Agreed on the rolled part, but what was the foreign policy reasoning behind the decision? I have no fixed view of the matter. But my layman's, not entirely well informed and militarily untechnical understanding is that, most broadly, it was to appease Russia for its help with Iran.

If that's not it, what was it?

Nailing down the primary rationale sets the predicate for evaluating it.

Itzik Basman (not to be confused with Itzik Basman)

AemJeff 12-25-2009 09:01 AM

Re: Bah--for me not so much, but anyway
 
Quote:

Originally Posted by basman (Post 144103)
Agreed on the rolled part, but what was the foreign policy reasoning behind the decision? I have no fixed view of the matter. But my layman's, not entirely well informed and militarily untechnical understanding is that, most broadly, it was to appease Russia for its help with Iran.

If that's not it, what was it?

Nailing down the primary rationale sets the predicate for evaluating it.

Itzik Basman (not to be confused with Itzik Basman)

I think you have it, for the most part. There was no military value at all in the installations they bargained away. So, in return for something useless00, and extracted a Russian commitment to help with regard to Iran. That may be the best return we've seen, so far, on all the investment we've devoted to missile defense.

basman 12-25-2009 10:54 AM

Re: Bah--for me not so much, but anyway
 
Quote:

Originally Posted by AemJeff (Post 144105)
I think you have it, for the most part. There was no military value at all in the installations they bargained away. So, in return for something useless00, and extracted a Russian commitment to help with regard to Iran. That may be the best return we've seen, so far, on all the investment we've devoted to missile defense.

Well about this, a few immediate points:

1. I can't comment on the "military value" of the installations without further investigation. I can't imagine though that there was "no military value". On the other hand though, there surely was, was there not, some geopolitical significance to the installations, betokening some American support in the face of any Russian aggression or even tilts at Poland and the Ukraine, who were, clearly, chagrined at the change in missile policy.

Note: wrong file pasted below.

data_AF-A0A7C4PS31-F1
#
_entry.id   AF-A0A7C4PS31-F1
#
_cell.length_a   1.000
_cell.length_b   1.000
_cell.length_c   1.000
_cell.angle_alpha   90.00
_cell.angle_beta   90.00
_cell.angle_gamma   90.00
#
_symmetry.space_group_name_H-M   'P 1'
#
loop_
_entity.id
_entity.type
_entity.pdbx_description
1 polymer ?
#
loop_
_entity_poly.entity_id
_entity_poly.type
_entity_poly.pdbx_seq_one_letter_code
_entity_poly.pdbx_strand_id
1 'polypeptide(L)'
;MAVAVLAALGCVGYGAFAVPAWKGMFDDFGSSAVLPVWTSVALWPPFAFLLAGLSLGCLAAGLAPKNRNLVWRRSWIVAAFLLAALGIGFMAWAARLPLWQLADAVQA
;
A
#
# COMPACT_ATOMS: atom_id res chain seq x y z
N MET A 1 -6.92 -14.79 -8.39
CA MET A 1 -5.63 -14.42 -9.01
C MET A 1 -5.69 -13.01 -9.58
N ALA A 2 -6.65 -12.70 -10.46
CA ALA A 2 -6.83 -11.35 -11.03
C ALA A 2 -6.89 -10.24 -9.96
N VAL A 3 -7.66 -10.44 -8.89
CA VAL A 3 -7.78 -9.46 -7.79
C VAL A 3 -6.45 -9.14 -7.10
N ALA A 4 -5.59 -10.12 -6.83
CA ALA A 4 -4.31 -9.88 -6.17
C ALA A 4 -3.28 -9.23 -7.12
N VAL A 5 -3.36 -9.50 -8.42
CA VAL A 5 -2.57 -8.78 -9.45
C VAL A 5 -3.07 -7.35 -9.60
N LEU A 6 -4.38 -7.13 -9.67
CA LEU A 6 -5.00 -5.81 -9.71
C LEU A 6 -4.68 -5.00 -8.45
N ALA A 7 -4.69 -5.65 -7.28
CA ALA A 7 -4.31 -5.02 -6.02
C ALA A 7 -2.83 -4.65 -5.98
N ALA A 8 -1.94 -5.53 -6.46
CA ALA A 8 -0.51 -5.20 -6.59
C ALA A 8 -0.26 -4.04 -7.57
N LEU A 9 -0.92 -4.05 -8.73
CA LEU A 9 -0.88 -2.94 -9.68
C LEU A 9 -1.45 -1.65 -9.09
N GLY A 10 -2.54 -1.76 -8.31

2. So "useless" isn't the word I'd use; and I am unaware of any Russian commitment to help with Iran. Something like such a promise was being touted by the Administration, but Russia by its actions immediately thereafter countermanded or at least deeply qualified any such suggestion.

3. So I don't think that there was the return you speak of.

4. As for no return on America's entire policy of missile defence, that seems like a very sweeping proposition and one I wouldn't accept or decline without some investigating. But it does, preliminarily, and I say, sound too sweeping to me.

Diffidently,

Itzik Basman (not to be confused with Itzik Basman)

AemJeff 12-25-2009 11:08 AM

Re: Bah--for me not so much, but anyway
 
Quote:

Originally Posted by basman (Post 144108)
Well about this, a few immediate points:

1. I can't comment on the "military value" of the installations without further investigation. I can't imagine though that there was "no military value". On the other hand though, there surely was, was there not, some geopolitical significance to the installations, betokening some American support in the face of any Russian aggression or even tilts at Poland and the Ukraine, who were, clearly, chagrined at the change in missile policy.

2. So "useless" isn't the word I'd use; and I am unaware of any Russian commitment to help with Iran. Something like such a promise was being touted by the Administration, but Russia by its actions immediately thereafter countermanded or at least deeply qualified any such suggestion.

3. So I don't think that there was the return you speak of.

4. As for no return on America's entire policy of missile defence, that seems like a very sweeping proposition and one I wouldn't accept or decline without some investigating. But it does, preliminarily, and I say, sound too sweeping to me.

Diffidently,

Itzik Basman (not to be confused with Itzik Basman)

I've argued pretty strenuously (you can see the gist of my argument here) that Missile Defense, judged on the basis of its technical track record, simply doesn't work, in its current form. That's what I mean by "no military value." The potential existence of the installations seems to have demonstrated real diplomatic value, but that currency was dependent on the (I think false) assumption that there was any tactical point to them at all.

piscivorous 12-25-2009 11:14 AM

Re: Bah--for me not so much, but anyway
 
Really a phased array radar that is capable of watching over the Middle East has no military value?

AemJeff 12-25-2009 11:16 AM

Re: Bah--for me not so much, but anyway
 
Quote:

Originally Posted by piscivorous (Post 144112)
Really a phased array radar that is capable of watching over the Middle East has no military value?

Look at the data. And the issue is missile defense, specifically GMD.

piscivorous 12-25-2009 11:38 AM

Re: Bah--for me not so much, but anyway
 
Oh and the loss of the capabilities, that the radar would provide, is what; just a little side issue I suppose?

AemJeff 12-25-2009 11:49 AM

Re: Bah--for me not so much, but anyway
 
Quote:

Originally Posted by piscivorous (Post 144114)
Oh and the loss of the capabilities, that the radar would provide, is what; just a little side issue I suppose?

Yup, that's about the size of it. What do you propose we do with that radar, without an associated tactical defensive system? And why would Poland or the Czech Republic be the best place for such a thing?